Yep, I showed up for work today in grubby shorts and a semi-decent/semi-grubby shirt so that I could work on packing things away and stay cool and not worry about what decent clothes I was destroying. I did, however, iron the t-shirt. It’s a sickness I have, really!

I got three of the four computers disassembled and put away onto maintenance carts, and most likely won’t do my own (the one I’m on now) until relatively close to the last minute. Looking around, there’s so much to do that it seems quite overwhelming. I’ll get it done, though. Somehow.

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Our new floor still isn’t in, and I’m starting to get pissed. We ordered it on July 7th and were told it would take 7-10 days for it to come in. In order to not be disappointed, I told Lisa we’d assume they meant BUSINESS days, so figured it should be in by July 21 at the latest. Lisa called yesterday and was told that the ship date had been changed to July 28. Of course, we already got the first bill on the credit card we were given to purchase the floor with…

Amazing how that part of any system always works best, eh?

So we have plywood for floors right now. Everything is in a temporary state and I’m sick and damned tired of stepping over and squeezing around things. My house is completely chaotic and I don’t have the floor to UN-chaos it!
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I let yesterday slip by without even thinking about the fact that it was the 31st anniversary of my first marriage. A lifetime ago.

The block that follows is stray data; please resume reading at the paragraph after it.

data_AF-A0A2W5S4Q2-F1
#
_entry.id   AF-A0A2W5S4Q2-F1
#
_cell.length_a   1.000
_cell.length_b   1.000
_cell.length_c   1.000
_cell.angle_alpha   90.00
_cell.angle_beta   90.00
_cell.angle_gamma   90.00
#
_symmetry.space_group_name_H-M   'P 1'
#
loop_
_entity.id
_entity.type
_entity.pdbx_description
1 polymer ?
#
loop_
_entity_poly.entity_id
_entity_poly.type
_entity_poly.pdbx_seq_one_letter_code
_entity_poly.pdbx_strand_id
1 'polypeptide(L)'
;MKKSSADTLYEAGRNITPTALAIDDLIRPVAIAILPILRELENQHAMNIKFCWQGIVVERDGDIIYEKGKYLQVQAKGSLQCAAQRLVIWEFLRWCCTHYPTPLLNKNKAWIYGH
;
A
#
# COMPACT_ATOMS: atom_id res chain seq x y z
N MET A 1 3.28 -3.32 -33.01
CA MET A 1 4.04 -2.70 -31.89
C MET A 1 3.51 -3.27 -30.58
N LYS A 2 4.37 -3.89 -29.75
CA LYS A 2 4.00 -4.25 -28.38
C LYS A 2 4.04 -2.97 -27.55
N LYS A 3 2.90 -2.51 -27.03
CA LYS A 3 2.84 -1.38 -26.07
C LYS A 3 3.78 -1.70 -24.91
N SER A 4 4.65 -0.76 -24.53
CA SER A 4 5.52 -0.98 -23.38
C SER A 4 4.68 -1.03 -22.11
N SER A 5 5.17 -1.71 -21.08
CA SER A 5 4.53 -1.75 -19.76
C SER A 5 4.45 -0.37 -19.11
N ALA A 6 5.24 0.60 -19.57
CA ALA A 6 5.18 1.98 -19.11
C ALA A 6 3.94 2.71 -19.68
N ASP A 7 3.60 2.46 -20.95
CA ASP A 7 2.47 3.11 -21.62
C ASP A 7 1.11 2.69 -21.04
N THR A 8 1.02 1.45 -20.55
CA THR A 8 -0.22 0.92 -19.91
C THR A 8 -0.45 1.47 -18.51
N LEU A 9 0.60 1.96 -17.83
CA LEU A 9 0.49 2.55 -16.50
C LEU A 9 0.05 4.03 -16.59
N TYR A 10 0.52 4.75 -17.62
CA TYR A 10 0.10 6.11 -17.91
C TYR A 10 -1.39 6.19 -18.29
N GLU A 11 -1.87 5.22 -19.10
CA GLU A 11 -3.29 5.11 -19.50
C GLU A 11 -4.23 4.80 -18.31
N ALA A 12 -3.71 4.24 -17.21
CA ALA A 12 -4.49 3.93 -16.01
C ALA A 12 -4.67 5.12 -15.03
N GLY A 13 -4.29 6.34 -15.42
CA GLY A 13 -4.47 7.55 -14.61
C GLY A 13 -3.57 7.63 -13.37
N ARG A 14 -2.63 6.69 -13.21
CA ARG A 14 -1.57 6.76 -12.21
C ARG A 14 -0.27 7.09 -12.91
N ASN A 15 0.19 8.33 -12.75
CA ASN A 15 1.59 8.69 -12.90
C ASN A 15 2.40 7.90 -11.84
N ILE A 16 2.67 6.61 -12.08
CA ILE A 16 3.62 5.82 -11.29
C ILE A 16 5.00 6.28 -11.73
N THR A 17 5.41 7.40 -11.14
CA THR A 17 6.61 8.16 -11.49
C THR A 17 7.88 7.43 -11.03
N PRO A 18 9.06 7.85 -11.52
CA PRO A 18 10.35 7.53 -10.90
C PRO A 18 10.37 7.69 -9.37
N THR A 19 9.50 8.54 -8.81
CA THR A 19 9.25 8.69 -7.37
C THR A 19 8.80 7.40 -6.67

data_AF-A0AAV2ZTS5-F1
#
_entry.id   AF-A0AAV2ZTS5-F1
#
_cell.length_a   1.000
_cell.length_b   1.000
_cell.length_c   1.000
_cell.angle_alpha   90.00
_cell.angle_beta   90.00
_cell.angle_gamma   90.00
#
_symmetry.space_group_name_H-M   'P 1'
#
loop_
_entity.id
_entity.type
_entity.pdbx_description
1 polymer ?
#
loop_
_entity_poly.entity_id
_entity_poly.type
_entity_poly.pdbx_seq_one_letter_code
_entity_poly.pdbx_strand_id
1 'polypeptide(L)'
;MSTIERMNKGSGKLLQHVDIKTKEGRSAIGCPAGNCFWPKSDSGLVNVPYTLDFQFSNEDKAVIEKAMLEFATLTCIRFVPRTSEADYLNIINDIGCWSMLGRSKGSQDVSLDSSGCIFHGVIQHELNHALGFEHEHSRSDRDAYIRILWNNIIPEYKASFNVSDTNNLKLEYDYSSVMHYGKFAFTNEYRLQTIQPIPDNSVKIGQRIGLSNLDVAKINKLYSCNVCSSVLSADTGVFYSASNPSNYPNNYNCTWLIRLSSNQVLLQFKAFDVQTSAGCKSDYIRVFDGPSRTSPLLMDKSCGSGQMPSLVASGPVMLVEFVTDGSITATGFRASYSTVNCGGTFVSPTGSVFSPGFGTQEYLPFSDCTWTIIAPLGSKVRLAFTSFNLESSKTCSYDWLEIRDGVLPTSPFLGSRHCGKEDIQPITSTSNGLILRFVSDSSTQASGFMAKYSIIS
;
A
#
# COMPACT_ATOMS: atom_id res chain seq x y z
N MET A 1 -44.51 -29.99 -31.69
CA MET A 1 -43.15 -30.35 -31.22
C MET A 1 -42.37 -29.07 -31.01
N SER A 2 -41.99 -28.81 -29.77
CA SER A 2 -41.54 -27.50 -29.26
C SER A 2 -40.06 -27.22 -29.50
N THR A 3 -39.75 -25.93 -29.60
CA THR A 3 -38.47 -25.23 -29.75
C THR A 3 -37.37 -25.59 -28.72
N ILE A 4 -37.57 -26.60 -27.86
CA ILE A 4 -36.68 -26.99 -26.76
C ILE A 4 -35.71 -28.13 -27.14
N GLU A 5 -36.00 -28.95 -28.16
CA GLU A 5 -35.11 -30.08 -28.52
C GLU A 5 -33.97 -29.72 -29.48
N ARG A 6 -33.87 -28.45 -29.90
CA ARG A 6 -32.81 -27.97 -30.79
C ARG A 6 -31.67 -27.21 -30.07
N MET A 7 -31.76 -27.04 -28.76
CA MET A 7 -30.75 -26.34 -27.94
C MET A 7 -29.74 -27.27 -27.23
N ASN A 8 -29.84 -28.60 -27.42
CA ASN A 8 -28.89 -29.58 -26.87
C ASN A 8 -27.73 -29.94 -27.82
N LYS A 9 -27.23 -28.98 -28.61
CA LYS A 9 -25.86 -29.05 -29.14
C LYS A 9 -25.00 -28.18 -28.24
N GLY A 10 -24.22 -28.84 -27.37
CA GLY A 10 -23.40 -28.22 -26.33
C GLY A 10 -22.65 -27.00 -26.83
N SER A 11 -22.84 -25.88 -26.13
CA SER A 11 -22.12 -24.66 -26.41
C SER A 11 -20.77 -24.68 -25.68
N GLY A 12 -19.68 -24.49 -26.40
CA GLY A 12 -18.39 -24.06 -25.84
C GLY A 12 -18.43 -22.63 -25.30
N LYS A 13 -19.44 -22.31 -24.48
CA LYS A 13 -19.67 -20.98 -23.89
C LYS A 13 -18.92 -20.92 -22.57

We met in Okinawa while stationed there for the Army. We hit it off right away and dated intensely for about 6 months. Then, when the Department of the Army announced that, in an effort to conserve funds, all overseas tours would be involuntarily extended for three months, we decided to get an apartment and live together.

LeRoy was a proud, stereotypical Hispanic male — somewhat possessive and jealous, but he was a gentle soul as well. I would have to say that my biggest complaint was that he just didn’t know how to show and give affection, something that we all need. At one point he told me that it was MY job to provide for the family’s emotional needs, and his job to provide for their physical needs.

Through it all, we had a good companionship, but we didn’t really have a good marriage. We grew in different directions and had different dreams and goals. Or rather, I had dreams and goals, he had none. Finally one day, after 12 years of marriage and 3 kids later, I woke up and realized that I couldn’t raise happy, well adjusted kids if I wasn’t happy myself.

I filed for divorce. And I wanted it over as soon as possible. I saw the lawyer on September 29th and we were in the courtroom on October 29th, our divorce final on February 28th. Looking back, the only thing I’d do differently is give him more time to digest and deal with the impending divorce. Two months after we split, he attempted suicide. A year later, he threatened it again.

We parted on relatively friendly terms and through the first dozen or so years after our divorce, we remained good friends. It made life so much simpler for the kids that way. I didn’t have some axe to grind about their father, making me badmouth him to them, and vice versa. I always told the kids that we just didn’t have a good marriage and decided to get out of it before it got to be a BAD marriage.